Hindus Against Anti-Porn Bill

BALI – When Forum Persaudaraan Mahasiswa Hindu Dharma (FPMHD), an organisation of Hindu students in Bali, was founded 14 years ago, few expected it to become a symbol of hope for young members of a minority religion in the world’s most populous Muslim country. Most probably, too, members of the group also didn’t expect they would one day be fighting against an anti-pornography bill.

Hindus make up two percent of Indonesia’s population that is predominantly Muslim. But in Bali, the country’s popular resort island, 92 percent of the 2.5 million people are Hindus.

The FPMHD had been set up for Hindu students to reaffirm their faith amid the laidback ways of Bali, a favourite destination of foreign tourists. But the group soon became inactive – until a group of young Hindus began revitalising the organisation in response to the ideological criticism of their faith by Islamist groups. FPMHD’s membership was infused with new blood from the Udayana University campus in Denpasar City in Bali, with 70 percent of the university students joining it.

The Hindu organisation meets twice a week on the university campus. Dominating discussions at the meetings these days is an anti-pornography bill that has been the talk not only in Bali, but also in other parts of Indonesia. Initially proposed in 1999, the bill has been criticised by intellectuals, liberals, and academics who say it threatens personal liberties, women’s rights, minorities’ traditions, and press freedom. Moreover, say critics, it would keep away foreign visitors as the bill indicates that Indonesia is a country with monolithic cultural values.

The bill makes it a criminal offence to portray nudity or sexual imagery in art and media. According to the FPMHD, the proposed piece of legislation is a threat to all religious minorities in Indonesia. Yanti, an economics freshman and FPMHD member, says it is in keeping with the thinking of Islamist groups who want to “Islamise the whole of Indonesia and the whole world” without sensitivity to other religions and beliefs.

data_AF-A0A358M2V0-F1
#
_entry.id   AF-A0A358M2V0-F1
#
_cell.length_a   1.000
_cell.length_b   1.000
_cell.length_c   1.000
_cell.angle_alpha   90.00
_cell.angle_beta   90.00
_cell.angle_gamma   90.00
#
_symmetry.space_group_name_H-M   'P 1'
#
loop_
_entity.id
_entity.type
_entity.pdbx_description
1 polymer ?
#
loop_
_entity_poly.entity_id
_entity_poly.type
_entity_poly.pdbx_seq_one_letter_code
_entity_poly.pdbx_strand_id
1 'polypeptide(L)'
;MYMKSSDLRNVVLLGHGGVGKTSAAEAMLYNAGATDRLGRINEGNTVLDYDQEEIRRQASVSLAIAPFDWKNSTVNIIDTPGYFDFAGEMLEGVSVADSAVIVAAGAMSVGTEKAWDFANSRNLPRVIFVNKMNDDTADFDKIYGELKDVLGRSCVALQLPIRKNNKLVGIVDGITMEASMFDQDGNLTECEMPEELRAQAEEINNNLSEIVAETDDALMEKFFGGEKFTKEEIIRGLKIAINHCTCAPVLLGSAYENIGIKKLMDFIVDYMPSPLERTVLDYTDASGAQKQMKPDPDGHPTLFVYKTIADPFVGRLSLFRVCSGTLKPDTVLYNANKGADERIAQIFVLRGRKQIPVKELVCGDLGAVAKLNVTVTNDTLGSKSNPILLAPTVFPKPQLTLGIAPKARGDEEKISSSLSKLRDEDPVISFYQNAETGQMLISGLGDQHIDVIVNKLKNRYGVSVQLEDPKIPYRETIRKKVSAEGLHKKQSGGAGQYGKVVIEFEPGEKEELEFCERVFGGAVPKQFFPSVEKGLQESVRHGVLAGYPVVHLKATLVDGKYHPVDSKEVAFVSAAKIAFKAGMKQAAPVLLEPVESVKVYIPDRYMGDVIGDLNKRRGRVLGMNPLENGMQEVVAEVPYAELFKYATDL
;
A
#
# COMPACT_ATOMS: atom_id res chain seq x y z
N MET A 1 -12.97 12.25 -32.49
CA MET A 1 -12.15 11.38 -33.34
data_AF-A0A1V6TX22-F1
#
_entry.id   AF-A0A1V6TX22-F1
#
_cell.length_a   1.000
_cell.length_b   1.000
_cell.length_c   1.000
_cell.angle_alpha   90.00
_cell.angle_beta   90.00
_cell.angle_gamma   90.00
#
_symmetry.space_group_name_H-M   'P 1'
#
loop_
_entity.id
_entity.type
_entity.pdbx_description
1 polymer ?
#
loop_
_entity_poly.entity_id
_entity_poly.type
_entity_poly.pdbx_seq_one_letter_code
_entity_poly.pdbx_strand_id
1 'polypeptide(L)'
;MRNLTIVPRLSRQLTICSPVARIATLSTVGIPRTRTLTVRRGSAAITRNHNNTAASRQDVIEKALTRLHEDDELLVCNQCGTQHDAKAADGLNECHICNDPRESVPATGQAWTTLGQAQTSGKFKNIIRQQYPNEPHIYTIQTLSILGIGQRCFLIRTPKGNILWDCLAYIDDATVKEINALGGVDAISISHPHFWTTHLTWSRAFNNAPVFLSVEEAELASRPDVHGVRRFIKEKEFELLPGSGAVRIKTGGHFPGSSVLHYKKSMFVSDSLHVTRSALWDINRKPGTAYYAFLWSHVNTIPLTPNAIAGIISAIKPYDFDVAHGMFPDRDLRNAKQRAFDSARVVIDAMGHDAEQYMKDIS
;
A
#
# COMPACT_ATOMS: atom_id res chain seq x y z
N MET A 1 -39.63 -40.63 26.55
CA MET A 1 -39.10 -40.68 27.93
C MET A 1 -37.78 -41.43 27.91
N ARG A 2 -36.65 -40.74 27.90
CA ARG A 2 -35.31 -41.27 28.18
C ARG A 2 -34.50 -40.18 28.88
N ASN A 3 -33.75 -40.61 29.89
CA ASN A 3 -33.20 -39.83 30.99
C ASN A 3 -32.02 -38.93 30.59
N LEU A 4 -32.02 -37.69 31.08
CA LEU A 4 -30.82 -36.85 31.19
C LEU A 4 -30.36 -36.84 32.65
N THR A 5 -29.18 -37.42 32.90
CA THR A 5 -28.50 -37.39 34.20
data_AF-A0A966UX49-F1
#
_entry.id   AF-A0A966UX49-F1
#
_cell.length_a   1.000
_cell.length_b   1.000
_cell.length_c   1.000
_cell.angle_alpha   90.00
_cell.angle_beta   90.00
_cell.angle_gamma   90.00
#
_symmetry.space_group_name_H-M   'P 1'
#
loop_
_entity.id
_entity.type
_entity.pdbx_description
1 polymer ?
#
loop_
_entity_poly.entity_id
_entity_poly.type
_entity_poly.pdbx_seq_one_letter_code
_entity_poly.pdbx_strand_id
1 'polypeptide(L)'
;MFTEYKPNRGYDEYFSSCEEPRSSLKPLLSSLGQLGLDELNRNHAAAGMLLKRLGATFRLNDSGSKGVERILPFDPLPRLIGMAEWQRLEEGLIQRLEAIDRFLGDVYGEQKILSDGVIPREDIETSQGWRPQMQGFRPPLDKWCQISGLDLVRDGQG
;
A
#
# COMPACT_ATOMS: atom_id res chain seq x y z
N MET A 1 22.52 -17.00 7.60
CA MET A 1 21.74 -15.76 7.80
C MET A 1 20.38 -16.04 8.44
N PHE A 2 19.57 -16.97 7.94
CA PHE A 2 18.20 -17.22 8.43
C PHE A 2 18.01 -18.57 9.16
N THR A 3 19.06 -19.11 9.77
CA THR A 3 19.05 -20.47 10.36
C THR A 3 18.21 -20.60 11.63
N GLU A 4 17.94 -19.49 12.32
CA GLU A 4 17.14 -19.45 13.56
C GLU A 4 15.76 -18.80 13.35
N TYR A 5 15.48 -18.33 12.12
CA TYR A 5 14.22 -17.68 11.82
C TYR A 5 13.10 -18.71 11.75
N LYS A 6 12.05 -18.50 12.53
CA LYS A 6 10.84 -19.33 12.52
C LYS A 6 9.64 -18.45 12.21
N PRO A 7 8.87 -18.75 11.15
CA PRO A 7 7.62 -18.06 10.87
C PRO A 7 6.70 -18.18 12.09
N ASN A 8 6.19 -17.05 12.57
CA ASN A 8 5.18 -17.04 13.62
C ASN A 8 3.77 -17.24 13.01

Bombings and Playboy

The issue is particularly hot in Bali, which was not only the site of two deadly bombings staged in 2002 and 2005 by Islamist terrorists, but is also where the office of the Indonesian edition of the international adult magazine Playboy is now located.

Bali intellectual and Hindu community leader Gusti Ngurah Harta had allowed the magazine to operate from his house in the rural outskirts of Bali’s Denpasar City after its South Jakarta office was attacked in April 2006 by the Islamic Defenders Front (FPI).  The FPI is said to have close links with high-ranking security officers of the Soeharto era. (Playboy Indonesia includes at least 70 percent local content and promotes Balinese culture.)

A poet and founder of the Sandi Murti spiritual organisation, Gusti Ngurah Harta in February 2006 had led a delegation of Hindu leaders to Jakarta to discuss the community’s opposition to the bill with the committee in Parliament that is responsible for studying the bill. But the delegation, which included a writer, a journalist, a musician, a lecturer, a rector, and a Hindu priest, failed to get a response from Parliament.